ABC: Anything But Conventional

I wouldn't be surprised if the folks at ABC decided to officially change the company name to Anything But Conventional. This is, after all, the network that decided to push the journalistic envelope by having Leonardo DiCaprio interview President Clinton about Earth Day.

And now the sports department has made an end run around standard practices by hiring comedian Dennis Miller for the Monday Night Football broadcast team.

It's hard to step outside these days without bumping into a new media paradigm. ABC Sports president Howard Katz was quoted as saying the changes on Monday night were intended "to remove some of the sameness. We wanted to reinvent a little bit." That's no great revelation. TV viewers have known for years that in sportscasting, the presentation rather than the game is often the real product. Unfortunately for ABC, the presentation of Monday Night Football has been slowly deflating ever since Howard Cosell departed.

My only quibble with Mr. Katz is his use of the terms "reinvent" and "little bit" in the same sentence. There's no reason to open a new door if you're just going to stick one toe across the threshold. Why not take a bolder approach and try to knock the whole barrier into a pile of splinters? That's what "Saturday Night Live" did when it debuted in 1975, and the show ended up transforming the structure of TV comedy.

If ABC wants people talking about Monday Night Football again, I'd suggest a maximalist strategy combined with the voyeuristic aspects of "Survivor." Select a wide range of announcers, each broadcasting directly onto the World Wide Web. Every week, the online audience would vote to pare down the field, with the final winners covering the Super Bowl. Some of the talent on my starting lineup would include:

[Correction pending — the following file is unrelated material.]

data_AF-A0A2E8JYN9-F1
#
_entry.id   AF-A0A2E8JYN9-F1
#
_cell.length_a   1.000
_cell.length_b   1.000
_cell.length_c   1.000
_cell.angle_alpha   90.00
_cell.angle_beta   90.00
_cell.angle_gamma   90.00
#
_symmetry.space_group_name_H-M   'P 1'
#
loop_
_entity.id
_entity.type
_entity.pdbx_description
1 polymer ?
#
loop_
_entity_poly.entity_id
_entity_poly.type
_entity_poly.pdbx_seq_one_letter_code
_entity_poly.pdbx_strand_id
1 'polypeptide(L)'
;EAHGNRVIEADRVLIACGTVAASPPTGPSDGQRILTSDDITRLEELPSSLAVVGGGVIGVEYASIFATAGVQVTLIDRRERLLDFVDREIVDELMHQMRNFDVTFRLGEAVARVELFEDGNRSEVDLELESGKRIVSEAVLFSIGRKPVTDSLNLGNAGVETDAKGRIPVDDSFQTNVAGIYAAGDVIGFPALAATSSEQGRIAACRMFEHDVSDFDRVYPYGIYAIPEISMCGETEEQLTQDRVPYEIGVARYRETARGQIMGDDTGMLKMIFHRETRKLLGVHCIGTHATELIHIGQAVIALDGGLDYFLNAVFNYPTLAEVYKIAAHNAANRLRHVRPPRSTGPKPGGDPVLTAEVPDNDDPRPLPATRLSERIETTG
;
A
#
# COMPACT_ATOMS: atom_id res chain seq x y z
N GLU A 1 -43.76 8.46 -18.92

*Gov. Jesse Ventura and Bobby Knight: Brash, opinionated, and outspoken, both have extensive sports backgrounds and plenty of experience when it comes to shouting into a microphone and tossing chairs around.

*The McLaughlin Group: Intellectual fireworks of the early years can be reignited by signing up Eleanor Clift, Jack Germond, and Morton Kondracke for gridiron analysis. Bombastic John will find the NFL scene bristling with opportunities for energetic erudition as he barks out queries such as, "Oakland Raiders: Bound for glory, or Gtterdmmerung? What do you say, Mor-TONNA-munda-mundo?!"

*Brad Pitt and Bart Simpson: It's not your father's play-by-play. Luring younger viewers is always important, and the cinema teen idol is a perfect demographic partner for popular animated iconoclast. Ay caramba!

*Dr. Laura Schlessinger: Interactive emphasis allows fans to call in and ask questions on the air, exploring complex tactical issues such as, "Dr. Laura, is it morally right for the quarterback to make abrupt head movements during the snap count as a way to lure the defensive linemen offside?"

Additional innovation would occur at field level. Instead of instant replay, Judge Judy can roam the sidelines to quickly and decisively arbitrate all disputes between coaches and officials.

On a lighter note, Martha Stewart offers practical tips on how to combine discarded Gatorade cups with strips of used athletic tape to create a festive centerpiece for your halftime refreshment table.

Action. Drama. Controversy. Excitement. Surprises. ABC wants the Monday Night fans to have it all, in abundance, every week.

I hope they succeed. And once in a while, maybe we'll even get to watch a good football game, too.

(c) Copyright 2000. The Christian Science Publishing Society

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